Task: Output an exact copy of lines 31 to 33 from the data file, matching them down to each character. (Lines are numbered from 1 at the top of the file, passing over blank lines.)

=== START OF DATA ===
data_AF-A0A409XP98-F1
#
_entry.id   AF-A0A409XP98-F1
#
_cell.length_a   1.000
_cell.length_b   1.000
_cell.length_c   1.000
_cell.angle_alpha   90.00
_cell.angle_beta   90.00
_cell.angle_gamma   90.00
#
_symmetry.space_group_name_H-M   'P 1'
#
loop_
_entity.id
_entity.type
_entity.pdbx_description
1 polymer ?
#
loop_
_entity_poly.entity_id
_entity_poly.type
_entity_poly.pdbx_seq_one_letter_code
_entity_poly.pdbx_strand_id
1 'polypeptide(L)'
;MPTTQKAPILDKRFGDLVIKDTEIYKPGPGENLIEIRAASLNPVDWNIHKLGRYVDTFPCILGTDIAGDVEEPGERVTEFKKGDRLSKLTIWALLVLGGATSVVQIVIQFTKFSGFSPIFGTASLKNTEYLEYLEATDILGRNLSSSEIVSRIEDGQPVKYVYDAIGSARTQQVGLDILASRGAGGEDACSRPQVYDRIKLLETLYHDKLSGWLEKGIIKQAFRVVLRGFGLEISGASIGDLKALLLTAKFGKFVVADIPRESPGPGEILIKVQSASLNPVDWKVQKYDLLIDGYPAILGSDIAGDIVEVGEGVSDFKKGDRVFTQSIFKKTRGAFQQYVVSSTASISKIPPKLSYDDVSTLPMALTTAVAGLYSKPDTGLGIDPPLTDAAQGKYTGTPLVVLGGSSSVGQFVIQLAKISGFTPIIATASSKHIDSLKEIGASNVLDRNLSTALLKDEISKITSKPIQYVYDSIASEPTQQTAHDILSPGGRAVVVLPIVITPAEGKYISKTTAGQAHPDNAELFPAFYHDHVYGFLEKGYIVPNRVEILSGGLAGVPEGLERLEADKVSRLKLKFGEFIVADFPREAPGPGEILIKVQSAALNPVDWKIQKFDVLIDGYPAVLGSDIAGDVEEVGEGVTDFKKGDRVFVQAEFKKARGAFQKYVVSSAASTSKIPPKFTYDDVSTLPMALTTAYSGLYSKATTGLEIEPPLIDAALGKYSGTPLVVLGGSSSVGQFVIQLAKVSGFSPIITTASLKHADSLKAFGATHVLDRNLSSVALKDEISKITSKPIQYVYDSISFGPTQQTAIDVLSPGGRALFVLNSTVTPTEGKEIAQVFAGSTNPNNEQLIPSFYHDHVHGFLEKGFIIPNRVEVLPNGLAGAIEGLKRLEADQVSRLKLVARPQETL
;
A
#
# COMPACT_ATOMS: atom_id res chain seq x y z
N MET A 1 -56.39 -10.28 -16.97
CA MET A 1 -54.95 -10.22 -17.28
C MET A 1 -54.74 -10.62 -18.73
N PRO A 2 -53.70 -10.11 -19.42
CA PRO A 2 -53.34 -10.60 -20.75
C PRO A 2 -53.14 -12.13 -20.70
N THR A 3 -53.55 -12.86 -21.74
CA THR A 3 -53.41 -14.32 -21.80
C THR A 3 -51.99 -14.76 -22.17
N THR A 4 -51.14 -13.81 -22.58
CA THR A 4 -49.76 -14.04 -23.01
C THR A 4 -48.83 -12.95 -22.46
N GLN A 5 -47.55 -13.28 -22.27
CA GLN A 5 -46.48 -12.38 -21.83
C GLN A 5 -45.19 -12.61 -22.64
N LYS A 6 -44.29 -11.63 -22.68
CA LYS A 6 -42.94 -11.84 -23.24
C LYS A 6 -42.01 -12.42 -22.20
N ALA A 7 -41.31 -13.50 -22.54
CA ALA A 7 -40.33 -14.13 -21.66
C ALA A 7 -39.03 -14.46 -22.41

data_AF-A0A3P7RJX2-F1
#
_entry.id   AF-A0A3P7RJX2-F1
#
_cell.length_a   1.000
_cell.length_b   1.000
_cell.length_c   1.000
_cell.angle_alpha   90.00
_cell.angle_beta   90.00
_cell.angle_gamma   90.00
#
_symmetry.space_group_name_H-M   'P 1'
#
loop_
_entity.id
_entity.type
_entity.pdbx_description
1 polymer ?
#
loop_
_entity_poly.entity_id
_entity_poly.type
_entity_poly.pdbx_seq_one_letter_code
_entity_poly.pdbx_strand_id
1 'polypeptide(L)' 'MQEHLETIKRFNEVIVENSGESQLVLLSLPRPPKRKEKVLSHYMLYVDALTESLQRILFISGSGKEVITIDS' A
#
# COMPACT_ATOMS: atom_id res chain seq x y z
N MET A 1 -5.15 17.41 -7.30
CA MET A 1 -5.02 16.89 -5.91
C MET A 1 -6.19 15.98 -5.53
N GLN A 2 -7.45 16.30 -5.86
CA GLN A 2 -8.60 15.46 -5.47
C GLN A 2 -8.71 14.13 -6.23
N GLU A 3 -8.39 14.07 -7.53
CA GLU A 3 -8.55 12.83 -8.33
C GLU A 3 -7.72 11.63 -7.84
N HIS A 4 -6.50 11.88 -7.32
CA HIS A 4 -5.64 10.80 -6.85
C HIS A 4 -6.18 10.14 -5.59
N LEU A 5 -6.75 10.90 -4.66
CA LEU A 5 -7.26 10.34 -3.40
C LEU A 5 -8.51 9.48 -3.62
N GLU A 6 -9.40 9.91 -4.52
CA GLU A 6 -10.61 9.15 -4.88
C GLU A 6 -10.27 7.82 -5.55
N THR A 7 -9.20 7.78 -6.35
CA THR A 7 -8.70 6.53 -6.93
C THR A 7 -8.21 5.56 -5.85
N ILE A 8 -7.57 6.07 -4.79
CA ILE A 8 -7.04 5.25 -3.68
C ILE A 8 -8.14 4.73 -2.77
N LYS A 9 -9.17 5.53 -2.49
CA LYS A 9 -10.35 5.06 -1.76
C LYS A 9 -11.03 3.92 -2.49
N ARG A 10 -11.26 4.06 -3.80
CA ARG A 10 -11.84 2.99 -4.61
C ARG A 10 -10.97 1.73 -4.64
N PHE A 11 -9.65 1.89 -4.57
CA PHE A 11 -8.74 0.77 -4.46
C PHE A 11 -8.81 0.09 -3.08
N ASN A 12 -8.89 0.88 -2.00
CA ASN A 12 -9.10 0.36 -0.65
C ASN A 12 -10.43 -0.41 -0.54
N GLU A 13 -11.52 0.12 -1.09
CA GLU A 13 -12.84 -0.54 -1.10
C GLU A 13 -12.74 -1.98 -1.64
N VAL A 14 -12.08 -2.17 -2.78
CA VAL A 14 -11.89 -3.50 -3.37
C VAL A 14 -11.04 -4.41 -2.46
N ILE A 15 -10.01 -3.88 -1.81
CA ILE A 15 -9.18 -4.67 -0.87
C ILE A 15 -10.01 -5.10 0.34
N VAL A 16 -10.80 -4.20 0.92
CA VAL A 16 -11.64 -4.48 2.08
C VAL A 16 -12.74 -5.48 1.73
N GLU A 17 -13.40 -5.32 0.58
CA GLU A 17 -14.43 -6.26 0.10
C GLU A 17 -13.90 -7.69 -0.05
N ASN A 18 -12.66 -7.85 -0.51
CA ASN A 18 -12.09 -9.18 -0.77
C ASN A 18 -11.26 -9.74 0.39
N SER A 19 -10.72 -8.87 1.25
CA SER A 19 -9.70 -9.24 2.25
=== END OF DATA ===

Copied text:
N MET A 1 -56.39 -10.28 -16.97
CA MET A 1 -54.95 -10.22 -17.28
C MET A 1 -54.74 -10.62 -18.73